++++++It's that time again!++ AGM 23 July at 3:30–6:30pm ++ Come along to the Museum for the Trust's Annual General Meeting ++ AGM 23 July at 3:30–6:30pm++++++ Drinks and nibbles from 3.30pm, with the meeting to start at 4.00pm +++++++ RSVP to Kirsten - secretary@gasworksmuseum.org.nz or leave a message on 03 455 5063 or visit our FaceBook Events Page ++++

The original works of 1862 supplied gas for street lighting in Princes, George and Stuart Streets.

Original street gaslight

An original street gas light


By 1977 gas was reticulated throughout the inner city and to most suburbs. At this time there were 170 miles of mains serving 18,000 customers.


Following the closure of the coal gasification plant the underground reticulation system was severely cut back, and in 2000 served only the central and northern business districts. Gas was carried from the works to customers by a system of underground mains. These pipes ranged in diameter from 18 inches at the works to 2 inches at the outskirts (45cm to 5cm). Pipes from the mains to individual houses were nor¬mally 1 inch in diameter.
Because the rate of usage at times of peak demand was greater than the rate of production in the works, it was always necessary to store gas in gasholders [often incorrectly called "gasometers"].
The pressure in the mains was regulated by the governors and maintained at peak times by boosters which pumped gas into the mains from the gasholders.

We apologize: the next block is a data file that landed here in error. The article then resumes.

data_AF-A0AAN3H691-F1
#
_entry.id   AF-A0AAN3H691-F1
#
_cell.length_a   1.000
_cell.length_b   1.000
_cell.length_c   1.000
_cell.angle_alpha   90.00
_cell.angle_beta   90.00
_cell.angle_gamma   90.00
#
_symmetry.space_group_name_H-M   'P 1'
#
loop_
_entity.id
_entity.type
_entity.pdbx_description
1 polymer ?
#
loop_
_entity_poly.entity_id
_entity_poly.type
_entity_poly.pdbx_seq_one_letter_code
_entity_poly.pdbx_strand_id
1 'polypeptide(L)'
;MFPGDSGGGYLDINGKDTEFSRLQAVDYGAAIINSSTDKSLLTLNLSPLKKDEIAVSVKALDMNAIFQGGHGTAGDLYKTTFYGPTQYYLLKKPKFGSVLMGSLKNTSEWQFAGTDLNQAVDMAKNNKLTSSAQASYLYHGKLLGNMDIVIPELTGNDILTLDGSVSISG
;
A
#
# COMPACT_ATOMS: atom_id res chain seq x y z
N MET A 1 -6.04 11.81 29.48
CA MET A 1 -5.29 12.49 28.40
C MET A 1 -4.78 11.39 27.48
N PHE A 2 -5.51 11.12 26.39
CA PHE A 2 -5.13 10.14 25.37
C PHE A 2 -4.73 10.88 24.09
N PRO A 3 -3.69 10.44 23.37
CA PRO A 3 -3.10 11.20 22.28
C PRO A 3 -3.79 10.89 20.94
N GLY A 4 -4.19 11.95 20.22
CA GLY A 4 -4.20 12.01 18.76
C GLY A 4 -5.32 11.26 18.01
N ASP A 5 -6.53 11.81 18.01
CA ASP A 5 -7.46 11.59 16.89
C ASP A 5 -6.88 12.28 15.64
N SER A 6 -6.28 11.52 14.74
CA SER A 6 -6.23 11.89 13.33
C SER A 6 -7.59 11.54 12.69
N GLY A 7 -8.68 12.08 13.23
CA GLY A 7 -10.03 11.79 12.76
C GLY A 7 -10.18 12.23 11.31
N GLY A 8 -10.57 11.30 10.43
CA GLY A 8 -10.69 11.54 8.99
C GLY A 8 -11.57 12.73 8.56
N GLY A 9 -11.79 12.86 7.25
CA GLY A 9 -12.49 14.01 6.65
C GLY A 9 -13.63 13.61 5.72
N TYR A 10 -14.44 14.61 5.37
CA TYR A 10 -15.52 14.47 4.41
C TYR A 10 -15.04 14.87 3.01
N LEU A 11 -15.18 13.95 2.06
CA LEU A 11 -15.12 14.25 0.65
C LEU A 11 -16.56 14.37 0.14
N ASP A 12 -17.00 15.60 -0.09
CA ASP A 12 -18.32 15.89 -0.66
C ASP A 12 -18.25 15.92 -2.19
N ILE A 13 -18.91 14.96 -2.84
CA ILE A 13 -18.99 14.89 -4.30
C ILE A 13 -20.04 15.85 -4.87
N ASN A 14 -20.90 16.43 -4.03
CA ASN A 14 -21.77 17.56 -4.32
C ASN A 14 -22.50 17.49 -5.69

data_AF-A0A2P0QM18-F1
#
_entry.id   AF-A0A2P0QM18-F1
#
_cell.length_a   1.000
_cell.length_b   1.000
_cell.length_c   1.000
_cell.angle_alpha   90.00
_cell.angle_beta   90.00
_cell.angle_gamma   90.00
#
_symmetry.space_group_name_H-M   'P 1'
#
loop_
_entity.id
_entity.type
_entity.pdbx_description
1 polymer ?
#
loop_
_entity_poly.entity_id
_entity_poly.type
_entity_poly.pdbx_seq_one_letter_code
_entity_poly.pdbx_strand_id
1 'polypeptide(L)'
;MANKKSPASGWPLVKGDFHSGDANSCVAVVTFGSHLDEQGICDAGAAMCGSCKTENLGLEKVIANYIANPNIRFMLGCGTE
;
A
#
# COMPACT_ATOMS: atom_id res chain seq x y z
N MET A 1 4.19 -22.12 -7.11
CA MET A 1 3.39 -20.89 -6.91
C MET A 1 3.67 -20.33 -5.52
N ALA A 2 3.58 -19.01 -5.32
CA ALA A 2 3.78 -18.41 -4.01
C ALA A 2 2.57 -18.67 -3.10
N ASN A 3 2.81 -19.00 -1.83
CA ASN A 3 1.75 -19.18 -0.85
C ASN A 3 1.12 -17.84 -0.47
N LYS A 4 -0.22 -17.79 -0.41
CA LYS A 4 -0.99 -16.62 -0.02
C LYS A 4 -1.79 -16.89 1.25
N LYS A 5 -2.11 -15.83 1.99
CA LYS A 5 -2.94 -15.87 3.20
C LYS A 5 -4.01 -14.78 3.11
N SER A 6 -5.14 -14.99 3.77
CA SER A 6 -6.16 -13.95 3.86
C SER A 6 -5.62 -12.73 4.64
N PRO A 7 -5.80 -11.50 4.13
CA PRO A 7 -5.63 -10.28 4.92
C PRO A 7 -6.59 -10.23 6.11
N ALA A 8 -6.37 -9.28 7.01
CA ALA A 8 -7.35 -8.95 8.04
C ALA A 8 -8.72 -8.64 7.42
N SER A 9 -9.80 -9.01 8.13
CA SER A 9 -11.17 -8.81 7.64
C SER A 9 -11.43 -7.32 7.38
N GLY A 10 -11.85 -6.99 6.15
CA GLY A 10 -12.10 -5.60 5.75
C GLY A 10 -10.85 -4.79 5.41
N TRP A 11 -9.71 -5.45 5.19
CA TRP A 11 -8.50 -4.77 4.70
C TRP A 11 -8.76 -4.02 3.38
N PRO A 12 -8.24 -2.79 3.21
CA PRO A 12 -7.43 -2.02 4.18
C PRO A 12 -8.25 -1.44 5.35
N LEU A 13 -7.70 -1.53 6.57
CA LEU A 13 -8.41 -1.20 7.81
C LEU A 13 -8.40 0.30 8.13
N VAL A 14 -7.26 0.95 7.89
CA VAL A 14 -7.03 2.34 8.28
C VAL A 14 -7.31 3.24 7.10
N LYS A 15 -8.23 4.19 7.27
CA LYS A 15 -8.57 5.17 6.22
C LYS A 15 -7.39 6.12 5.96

Gasholders
The gasholders stored gas produced by the works at times of low consumer demand, so that reserves were available at times of the day when consumption was high. In Britain, it was considered a good practice to have storage equal to the maximum days make in mid-winter.

Gasholder on the Dunedin Gasworks siteGasholder on the Dunedin Gasworks site.


The gasholder in its most basic form consisted of a hollow cylinder closed at one end, and inverted in a tank of water which formed a seal. This was supported by an iron or steel frame. Gas pumped into the holder raised the cylinder, the weight of which maintained gas pressure to the mains. The framework of the gasholder erected on the museum site was originally part of a holder constructed in 1879 which stood where the Shell Petrol Station is now. Embossed plates on the columns bear the date of erection and the name E. Genever, who was the gas engineer of the time.

 

Governors
On display is one of three governors formerly housed in a small building on the corner of Anderson's Bay Road and Hillside Road. The governors regulated the pressure of the gas supplied to the city by controlling valves to the three gas mains. Each governor operated like a miniature gasholder and was connected to one of the three mains. An increase in gas consumption would cause pressure in the main to drop and the governor bell to sink. This, in turn, would open the control valve, restoring the gas pressure and maintaining the supply. The required pressure could be set by the use of counterweights; adding weight lowered the set pressure.

Governor for regulating gas pressure

Governor for regulating gas pressure